Now, the rides that have made me so happy that I swore heaven could not be any better were those in which competition played absolutely no part. The exhilaration of the effort, the thrill of the descents, and the supernal beauty of the surroundings were my all and everything. Strong riders who can vibe with that are rare as hen's teeth, and I do all I can to cultivate friendships with those few. 

The rest of the time, I ride alone. 

Like my (unwitting) mentor, Paul Fournel, I've found that biking is life in so many ways. Today, I say thanks to God and humankind for creating the best machine on earth. It's ecologically friendly, it's beautiful to look at, it's easy to fix, it's affordable transport, it's healthy, and -- most of all -- it's more fun than a roomful of ice cream.

Whatever you ride, however you ride, for the love of everything real, PLEASE: Ride for your own reasons, ride to your own standards, and if you don't know what they are for all the screaming out there about what's important to others, just keep riding and keep thinking, and it will come to you, slowly, in increments. 

Wisdom on the bike is gained just the same way as wisdom off of it.

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Monday, September 23, 2013

Cycling Amherst Road and Pelham, MA

I come today to sing the praises of Amherst Road, a byway somewhat neglected by cyclists, perhaps because of its miles-long, steep climb, or the thickness of traffic. The truth of the matter is that, once you get a couple miles up, the traffic slims out, the road grows smoother, and the long, steady grades reward you with timeless New England beauty and history.

I also use this road to tune up my climbing legs, if I've been away from the grades for too long. Fuel up before you go, because the "up" is constant.

To get there, ride through Amherst Center on Main Street, cross South East at the light, and you're going due east on West Pelham -- which quickly turns to Amherst Road once you cross the town line.

Genteel colonial farm houses with stone fences line the road

Perfect pond and shady glades

At the top of the hill, Pelham Historical Society, with lawns for sitting and snacking

Right next door, the old Pelham Town Hall, built in Revolutionary times
Daniel Shays, who led a rebellion of overtaxed farmers against the government, lived in Pelham.

Perhaps Shay's likeness, now hidden in a barn. Note facial expression:
Don't tread on me!

The cemetery behind the Historical Society features featurless
gravestones, eroded by time and hilltop New England weather

A sylvan resting place for tired settlers

She lived to see the Revolution begin -- but not end

A very worthy road, easily combined with others for a nice fall ride. You can turn left on Route 202 (just past the Historical Society) and another quick left onto Shutesbury Road, a rolling delight. From the end of that, you can turn right for Shutesbury Center, or left to fly down the famous Shutesbury S-curves -- a delicious reward for all that climbing.

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Sunday, September 15, 2013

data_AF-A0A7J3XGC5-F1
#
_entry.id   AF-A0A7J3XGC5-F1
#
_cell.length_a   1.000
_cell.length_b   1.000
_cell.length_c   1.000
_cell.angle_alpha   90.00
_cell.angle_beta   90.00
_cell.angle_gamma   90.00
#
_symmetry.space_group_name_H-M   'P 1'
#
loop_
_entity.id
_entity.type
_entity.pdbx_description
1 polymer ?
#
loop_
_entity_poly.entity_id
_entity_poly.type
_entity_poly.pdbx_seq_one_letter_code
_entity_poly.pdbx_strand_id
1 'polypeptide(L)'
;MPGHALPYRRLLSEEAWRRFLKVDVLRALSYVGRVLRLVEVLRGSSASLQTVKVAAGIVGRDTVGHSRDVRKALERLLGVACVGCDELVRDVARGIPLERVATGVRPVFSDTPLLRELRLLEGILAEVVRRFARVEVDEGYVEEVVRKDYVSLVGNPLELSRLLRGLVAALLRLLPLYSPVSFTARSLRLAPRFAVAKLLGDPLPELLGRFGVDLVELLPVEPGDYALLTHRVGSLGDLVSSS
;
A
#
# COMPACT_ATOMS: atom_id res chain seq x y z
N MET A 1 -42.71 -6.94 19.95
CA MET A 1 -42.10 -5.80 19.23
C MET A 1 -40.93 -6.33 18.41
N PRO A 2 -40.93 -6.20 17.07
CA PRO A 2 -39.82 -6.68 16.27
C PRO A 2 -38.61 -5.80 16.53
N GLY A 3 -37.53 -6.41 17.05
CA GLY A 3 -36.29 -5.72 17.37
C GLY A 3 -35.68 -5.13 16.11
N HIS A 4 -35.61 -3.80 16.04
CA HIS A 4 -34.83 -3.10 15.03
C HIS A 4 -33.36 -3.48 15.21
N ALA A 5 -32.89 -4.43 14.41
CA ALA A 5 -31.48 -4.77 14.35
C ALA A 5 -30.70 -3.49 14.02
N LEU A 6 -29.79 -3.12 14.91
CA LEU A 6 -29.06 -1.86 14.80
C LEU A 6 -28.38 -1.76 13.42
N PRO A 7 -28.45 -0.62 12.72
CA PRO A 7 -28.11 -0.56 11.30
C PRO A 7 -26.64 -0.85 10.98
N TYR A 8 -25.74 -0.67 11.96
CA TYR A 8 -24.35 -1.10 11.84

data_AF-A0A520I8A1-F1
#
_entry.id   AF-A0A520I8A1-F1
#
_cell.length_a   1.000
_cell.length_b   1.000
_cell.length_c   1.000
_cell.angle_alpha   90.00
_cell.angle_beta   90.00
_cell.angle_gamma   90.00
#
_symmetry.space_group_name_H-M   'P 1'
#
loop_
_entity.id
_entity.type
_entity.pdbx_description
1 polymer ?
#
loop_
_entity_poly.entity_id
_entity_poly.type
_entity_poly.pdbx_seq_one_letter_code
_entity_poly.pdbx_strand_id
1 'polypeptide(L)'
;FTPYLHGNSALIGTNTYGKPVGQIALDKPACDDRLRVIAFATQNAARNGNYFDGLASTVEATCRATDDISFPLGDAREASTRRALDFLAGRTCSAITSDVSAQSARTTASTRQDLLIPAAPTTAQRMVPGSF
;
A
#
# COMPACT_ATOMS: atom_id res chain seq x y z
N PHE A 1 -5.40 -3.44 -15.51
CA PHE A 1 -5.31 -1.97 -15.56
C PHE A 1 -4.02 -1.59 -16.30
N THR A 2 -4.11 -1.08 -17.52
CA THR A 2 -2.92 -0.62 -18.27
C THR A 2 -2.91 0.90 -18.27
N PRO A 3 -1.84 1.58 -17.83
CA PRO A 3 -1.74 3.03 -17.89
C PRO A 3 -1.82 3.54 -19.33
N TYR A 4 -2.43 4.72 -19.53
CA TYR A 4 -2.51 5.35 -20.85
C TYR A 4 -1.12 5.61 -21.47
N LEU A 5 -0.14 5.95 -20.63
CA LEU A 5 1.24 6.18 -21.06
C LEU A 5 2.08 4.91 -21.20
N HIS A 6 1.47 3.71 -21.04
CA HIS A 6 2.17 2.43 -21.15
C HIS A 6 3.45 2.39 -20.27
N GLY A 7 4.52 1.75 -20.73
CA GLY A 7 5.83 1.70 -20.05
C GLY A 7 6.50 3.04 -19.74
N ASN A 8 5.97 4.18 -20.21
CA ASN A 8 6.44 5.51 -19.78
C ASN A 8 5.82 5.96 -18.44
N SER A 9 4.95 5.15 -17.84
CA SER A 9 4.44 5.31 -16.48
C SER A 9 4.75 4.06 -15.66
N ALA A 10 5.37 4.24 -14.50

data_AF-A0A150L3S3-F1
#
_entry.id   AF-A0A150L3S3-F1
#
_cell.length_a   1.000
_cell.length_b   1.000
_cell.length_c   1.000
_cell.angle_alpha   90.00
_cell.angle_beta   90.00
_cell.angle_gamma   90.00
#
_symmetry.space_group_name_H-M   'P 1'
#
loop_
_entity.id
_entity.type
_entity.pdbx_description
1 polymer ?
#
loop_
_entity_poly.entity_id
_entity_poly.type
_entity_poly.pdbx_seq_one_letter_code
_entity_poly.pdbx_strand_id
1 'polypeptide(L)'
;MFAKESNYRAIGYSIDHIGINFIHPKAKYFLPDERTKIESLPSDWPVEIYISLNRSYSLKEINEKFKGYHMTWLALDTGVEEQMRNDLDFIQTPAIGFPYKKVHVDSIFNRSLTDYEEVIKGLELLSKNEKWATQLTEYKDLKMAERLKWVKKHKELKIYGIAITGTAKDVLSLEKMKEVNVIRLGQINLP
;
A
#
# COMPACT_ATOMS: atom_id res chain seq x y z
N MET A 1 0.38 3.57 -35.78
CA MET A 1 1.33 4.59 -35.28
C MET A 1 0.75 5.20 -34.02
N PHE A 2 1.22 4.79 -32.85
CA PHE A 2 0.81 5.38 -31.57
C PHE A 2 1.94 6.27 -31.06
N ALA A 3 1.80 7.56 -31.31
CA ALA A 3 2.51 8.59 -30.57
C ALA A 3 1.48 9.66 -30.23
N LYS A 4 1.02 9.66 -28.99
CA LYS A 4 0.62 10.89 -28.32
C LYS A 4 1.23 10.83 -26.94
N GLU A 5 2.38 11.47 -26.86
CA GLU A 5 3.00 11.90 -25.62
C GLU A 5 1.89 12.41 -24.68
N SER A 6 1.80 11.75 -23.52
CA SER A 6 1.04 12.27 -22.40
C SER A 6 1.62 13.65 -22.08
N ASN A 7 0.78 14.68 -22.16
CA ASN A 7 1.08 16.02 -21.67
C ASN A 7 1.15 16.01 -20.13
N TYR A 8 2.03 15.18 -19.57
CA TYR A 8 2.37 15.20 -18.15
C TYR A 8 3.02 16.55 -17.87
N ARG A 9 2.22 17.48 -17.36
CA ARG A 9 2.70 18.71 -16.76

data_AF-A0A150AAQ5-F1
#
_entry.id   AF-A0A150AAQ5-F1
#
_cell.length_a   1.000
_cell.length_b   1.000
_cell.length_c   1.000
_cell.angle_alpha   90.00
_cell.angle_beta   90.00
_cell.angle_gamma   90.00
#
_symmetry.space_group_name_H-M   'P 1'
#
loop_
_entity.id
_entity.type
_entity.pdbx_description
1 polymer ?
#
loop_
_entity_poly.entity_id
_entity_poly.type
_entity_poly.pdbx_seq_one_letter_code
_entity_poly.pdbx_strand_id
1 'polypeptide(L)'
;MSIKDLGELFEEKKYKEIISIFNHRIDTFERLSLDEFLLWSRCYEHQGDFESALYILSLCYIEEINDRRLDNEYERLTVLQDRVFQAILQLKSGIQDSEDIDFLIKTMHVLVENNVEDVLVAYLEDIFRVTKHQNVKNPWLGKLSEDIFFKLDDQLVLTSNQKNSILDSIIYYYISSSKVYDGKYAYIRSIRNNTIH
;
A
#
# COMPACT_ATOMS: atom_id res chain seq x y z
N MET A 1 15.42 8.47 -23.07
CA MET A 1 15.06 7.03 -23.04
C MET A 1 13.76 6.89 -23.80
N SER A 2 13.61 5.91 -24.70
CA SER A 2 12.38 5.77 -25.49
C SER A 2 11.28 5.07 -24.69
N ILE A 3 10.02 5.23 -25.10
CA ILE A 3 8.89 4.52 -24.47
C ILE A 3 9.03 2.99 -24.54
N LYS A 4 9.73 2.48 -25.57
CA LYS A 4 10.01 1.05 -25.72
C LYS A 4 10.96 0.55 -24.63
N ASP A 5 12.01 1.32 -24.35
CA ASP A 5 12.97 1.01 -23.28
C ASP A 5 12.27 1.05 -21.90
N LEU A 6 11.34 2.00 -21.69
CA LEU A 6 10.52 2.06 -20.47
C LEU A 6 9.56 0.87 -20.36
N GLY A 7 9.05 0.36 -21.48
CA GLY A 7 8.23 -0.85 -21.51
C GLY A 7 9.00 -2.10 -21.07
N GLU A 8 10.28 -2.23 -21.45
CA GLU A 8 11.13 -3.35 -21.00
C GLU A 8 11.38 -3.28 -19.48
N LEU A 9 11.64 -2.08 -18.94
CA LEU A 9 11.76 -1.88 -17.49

Chesterfield and Westhampton: Hills, hills, and more hills

If you live in the valley and you want to suffer through some steep climbing without going all the way out to the Berkshires for your woe, I found just the route for you today. My first time up in these two towns, and when I say, "up..."

Well, read on.

I crossed the Connecticut on the bike trail first thing, and rode up to Williamsburg the back (steeper) way, via Audubon and South Streets, always a good check on the thigh status. I wish I had refilled low supplies at the stores in Williamsburg, since there were no such pit-stops for many miles after.

I turned left off Route 9 onto Route 143 just after Williamsburg and began a steep six-mile climb into Chesterfield. Think of Wendell Road, the long, hard climb from Route 63 to Wendell center -- but harder and longer. On the way up today, a fellow cyclist went whizzing by me on the way down; I waved, and he replied, "Woohoo!!" That'll give you some idea of the climb.

Great lunch spot on 143

Good enough for a closer shot
After lunch, I pulled into Chesterfield and glanced around -- and that's all it took. It's a tiny little crossroads, though a few of the houses are so perfectly colonial, I half-expected to espy a mother in petticoats and a bonnet in the yard wringing out the breeches and flouncy undergarments. Right out of an 18th Century print, it was.

Left on South Street at the intersection there, and I was rewarded with a swooping descent -- briefly. Then the descent becomes crazy rollers leading down overall -- but involving lots of up, too. Seemed cruel at the time. "This place hates me and wants to hurt me," muttered I. However, the scenery was rustic New England all the way; great stuff through there.

I went with my gut and took a right on King's Highway (more evidence of Colonial times?). Steep, curvy, gravel downhills, pretty well graded, thank goodness. Fun and scary and fun.

Check out the mailbox. Figured no one'd believe me, so I took a picture.
A quick stop at the KOA General Store in Westhampton for a Diet Coke, and then a left on Route 66. (The reader will here notice my admirable restraint in not making lame references to the song by the same name.)  A new road to me; I'd been avoiding it because it's a highway and I expected over-development. However, most of the way back into Northampton, it was pleasantly rural, very smoothly paved, and with a very cushy shoulder. Recommended as a connector route for anyone passing through.